Twitter broadcasts your “chats” to a larger audience, yet obviously there are circumstances where you wish things to remain more private. That would be where standard IM comes in but may leave the case for using Twitter a little weak. After all one of the main issues underpinning this article is my belief that Twitter is one of the most undervalued and underused services on the internet, and one capable of being so much more if people simply start using it. The fact that only one of my regular readers (thanks Jayne) follows Textual Relations on Twitter made me realise just how underused it is.

Let’s assume you don’t want news updates on your mobile phone for free. Let’s assume you check your feed reader so regularly throughout the day that you’re on top of all the blogs you read and don’t actually care what the bloggers have to say outside of “blog hours”. Further, let’s assume you either have no friends or don’t want/need another way to stay in touch with them. The latter actually makes more sense until you factor in the fact that none of you actually have friends (or you wouldn’t read the junk I write).

Given that, why use Twitter? Well I know that many of the remaining doubters will be creative types, and in fact I suspect a few of you reading this may even be taking part in NaNoWriMo. Well some users of Twitter have taken the concept so far away from social aspects that they’ve transcended micro-blogging into micro-novels. Some are more successful than others but one I do like is Zombie Attack (I see SomeGo’s eyes are probably lighting up about now). So if you love writing, and particularly if you like a writing challenge, why not try writing a micro-novel? I might try it myself.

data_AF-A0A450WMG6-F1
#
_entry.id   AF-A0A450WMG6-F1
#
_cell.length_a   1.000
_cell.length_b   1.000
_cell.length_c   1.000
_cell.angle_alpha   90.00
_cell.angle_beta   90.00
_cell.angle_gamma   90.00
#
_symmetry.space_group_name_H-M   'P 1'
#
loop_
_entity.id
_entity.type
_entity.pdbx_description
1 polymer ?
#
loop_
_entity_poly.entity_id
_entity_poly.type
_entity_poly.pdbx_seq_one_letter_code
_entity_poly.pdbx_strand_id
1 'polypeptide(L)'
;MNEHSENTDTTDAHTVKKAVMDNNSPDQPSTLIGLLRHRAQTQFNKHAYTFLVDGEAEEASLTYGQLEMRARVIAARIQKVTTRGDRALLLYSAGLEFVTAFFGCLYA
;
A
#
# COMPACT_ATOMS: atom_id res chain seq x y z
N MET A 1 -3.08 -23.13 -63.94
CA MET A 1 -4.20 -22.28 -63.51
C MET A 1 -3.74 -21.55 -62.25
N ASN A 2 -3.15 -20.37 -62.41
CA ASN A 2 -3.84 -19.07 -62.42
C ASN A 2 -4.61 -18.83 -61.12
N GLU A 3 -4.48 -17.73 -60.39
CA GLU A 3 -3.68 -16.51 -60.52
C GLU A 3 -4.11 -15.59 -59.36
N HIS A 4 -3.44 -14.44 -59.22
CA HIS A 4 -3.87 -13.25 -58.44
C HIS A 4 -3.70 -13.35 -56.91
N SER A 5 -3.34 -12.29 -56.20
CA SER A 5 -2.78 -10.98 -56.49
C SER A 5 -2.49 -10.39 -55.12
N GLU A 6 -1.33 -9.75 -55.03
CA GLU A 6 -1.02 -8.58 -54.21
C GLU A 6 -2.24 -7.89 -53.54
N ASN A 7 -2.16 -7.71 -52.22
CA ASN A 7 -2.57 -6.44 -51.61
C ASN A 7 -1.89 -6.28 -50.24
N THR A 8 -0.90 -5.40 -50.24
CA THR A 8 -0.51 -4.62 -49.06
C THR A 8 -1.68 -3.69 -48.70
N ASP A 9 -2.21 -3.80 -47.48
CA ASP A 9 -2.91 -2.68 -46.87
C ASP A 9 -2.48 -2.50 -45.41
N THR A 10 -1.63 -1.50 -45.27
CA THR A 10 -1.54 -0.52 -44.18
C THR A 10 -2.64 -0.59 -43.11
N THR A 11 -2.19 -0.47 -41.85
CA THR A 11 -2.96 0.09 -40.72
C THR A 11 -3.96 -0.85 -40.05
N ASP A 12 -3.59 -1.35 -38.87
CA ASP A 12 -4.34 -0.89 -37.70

Finally, if you don’t like news updates on your mobile phone for free (or know of some other way to get them, in which case, tell me!), don’t want bloggers pestering you with their inane ramblings, have no friends (for those of you that do have friends I can arrange a hitman) and have not got a creative bone in your body you can follow Vader.